Efficiency Vermont’s Low-Income Program: Conclusion
The conclusion to Efficiency Vermont’s Low-Income Program series
By: By Lauren Wentz, Elizabeth Palchak, Robert Stephenson, and Emily Levin
Efficiency Vermont’s Targeted High Use (THU) program provides direct installation of electric-saving products and appliances, including refrigerators, freezers, clothes washers, dehumidifiers, heat pumps, and heat pump water heaters, to qualifying households with high electricity usage. Through an annual direct mail outreach campaign, Efficiency Vermont historically promoted its THU program to customers who were likely to be income-eligible and were confirmed through available utility data to have used at least 10,000 kwh/year, a high level of electricity usage for residential customers in Vermont.
But in 2019, Efficiency Vermont elected to shift to its tactic in order to reach more eligible customers who were excluded from prior mailing lists due to unconfirmed utility account data. They sent a mailing to 50,000 known low-income customers across the state, and while 68% of people called in response, most of the customers failed to qualify because they did not meet the program’s high electric usage requirement. Unsurprisingly, customer feedback was overwhelmingly negative after receiving this information, leading to a substantial reduction in customer satisfaction.
Efficiency Vermont responded to this feedback and redesigned the THU program by addressing three dimensions of equity: including representative voices in program design and delivery, defining target populations, and determining disparate impacts of programs.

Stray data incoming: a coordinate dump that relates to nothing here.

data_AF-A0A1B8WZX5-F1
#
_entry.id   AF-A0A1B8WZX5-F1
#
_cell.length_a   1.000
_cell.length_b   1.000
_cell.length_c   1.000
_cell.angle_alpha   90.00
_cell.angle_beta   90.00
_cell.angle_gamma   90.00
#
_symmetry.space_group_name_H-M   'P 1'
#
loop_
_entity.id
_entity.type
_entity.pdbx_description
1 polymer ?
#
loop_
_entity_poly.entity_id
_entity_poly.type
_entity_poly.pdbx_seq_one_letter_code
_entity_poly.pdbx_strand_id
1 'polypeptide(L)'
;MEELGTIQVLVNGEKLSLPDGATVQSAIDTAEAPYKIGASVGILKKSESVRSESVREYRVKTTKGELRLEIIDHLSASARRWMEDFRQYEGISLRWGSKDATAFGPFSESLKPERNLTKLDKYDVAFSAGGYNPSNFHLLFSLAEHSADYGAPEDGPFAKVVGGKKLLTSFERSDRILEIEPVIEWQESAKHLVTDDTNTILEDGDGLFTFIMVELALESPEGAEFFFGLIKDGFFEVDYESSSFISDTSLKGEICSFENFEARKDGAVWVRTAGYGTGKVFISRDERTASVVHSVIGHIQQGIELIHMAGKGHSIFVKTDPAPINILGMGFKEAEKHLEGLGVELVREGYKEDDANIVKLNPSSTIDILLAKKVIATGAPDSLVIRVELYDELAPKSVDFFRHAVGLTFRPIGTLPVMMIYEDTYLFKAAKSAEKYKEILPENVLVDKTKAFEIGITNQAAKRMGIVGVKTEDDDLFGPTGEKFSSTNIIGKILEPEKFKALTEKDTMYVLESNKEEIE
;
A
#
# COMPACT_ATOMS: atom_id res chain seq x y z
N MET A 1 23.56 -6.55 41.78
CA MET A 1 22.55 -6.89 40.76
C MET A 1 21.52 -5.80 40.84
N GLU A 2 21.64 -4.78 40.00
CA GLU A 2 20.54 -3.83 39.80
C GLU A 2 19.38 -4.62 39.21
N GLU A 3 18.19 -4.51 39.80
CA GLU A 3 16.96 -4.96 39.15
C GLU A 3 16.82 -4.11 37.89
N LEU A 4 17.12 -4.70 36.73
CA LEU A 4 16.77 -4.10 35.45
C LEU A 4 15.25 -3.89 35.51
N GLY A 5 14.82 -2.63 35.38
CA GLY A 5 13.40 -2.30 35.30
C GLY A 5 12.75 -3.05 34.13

This is the final article, a conclusion of this series. You can read previous articles on including representative voices here, about defining target populations here, and about determining disparate impacts here.
Efficiency Vermont’s experience illustrates how a proactive focus on equity, such as the three specific dimensions identified by the VEIC research team, can support the design and evaluation of energy efficiency programs that are more responsive to the needs of people classified as low-income. By including representative voices in program design, analyzing this feedback with an equity-lens and taking customer feedback seriously, Efficiency Vermont was able to develop a new Appliance Replacement Voucher program that expanded access to more customers in need.
By clearly defining target populations based on energy burden, informed by both household-level and town-level analysis, Efficiency Vermont redesigned its THU program to qualify customers based on electric energy burden rather than electricity usage. This enabled the program to better serve the households with the greatest need. Ongoing analysis of program impacts helps Efficiency Vermont determine whether its programs are resulting in disparate outcomes among low-income customers or whether they are equitably serving low-income customers.
The analysis has supported Efficiency Vermont’s efforts to shift program investments over time in a more equitable direction. However, because targeted low-income programs usually require higher incentives than other efficiency programs, program investment would need to exceed a proportional level in order to achieve equitable savings outcomes. Program administrators and regulators will need to consider the optimal balance between energy savings and equity goals when designing energy efficiency policies and portfolios.
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